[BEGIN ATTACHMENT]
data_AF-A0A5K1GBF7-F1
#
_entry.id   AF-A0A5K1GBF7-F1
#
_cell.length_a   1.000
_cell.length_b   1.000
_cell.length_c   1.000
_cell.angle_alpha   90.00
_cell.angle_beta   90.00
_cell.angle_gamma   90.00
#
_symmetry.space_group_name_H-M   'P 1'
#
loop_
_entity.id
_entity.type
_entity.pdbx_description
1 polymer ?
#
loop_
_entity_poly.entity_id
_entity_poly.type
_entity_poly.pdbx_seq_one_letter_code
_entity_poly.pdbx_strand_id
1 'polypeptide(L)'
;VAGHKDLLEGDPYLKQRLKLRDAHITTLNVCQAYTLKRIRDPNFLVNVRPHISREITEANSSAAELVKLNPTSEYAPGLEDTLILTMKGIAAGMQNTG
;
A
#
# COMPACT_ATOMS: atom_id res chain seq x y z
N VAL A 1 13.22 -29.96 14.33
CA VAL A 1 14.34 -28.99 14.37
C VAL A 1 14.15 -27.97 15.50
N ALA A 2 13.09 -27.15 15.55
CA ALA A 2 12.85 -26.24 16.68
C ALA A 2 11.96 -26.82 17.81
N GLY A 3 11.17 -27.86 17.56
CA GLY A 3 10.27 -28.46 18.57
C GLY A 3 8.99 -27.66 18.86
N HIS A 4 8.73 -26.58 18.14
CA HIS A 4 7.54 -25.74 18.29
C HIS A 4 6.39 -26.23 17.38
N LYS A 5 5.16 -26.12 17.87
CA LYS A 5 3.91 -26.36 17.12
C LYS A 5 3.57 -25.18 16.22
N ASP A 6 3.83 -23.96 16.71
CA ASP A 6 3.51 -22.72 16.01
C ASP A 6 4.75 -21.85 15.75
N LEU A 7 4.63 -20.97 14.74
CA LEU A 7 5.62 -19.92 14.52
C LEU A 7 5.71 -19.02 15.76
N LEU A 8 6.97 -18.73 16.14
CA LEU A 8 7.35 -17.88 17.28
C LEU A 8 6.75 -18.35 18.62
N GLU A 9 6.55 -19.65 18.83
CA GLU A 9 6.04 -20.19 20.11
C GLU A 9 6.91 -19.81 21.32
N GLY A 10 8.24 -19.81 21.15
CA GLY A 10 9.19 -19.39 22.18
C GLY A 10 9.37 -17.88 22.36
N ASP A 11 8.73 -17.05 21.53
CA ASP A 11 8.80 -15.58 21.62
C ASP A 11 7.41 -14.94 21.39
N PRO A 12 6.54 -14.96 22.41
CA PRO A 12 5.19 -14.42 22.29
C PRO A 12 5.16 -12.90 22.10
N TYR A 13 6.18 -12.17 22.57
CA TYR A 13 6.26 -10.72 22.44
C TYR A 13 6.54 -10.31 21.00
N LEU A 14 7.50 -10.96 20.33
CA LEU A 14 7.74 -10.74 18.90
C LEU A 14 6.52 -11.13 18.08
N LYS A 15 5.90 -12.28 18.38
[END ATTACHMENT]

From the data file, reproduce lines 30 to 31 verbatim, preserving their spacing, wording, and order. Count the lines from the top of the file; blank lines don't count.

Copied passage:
# COMPACT_ATOMS: atom_id res chain seq x y z
N VAL A 1 13.22 -29.96 14.33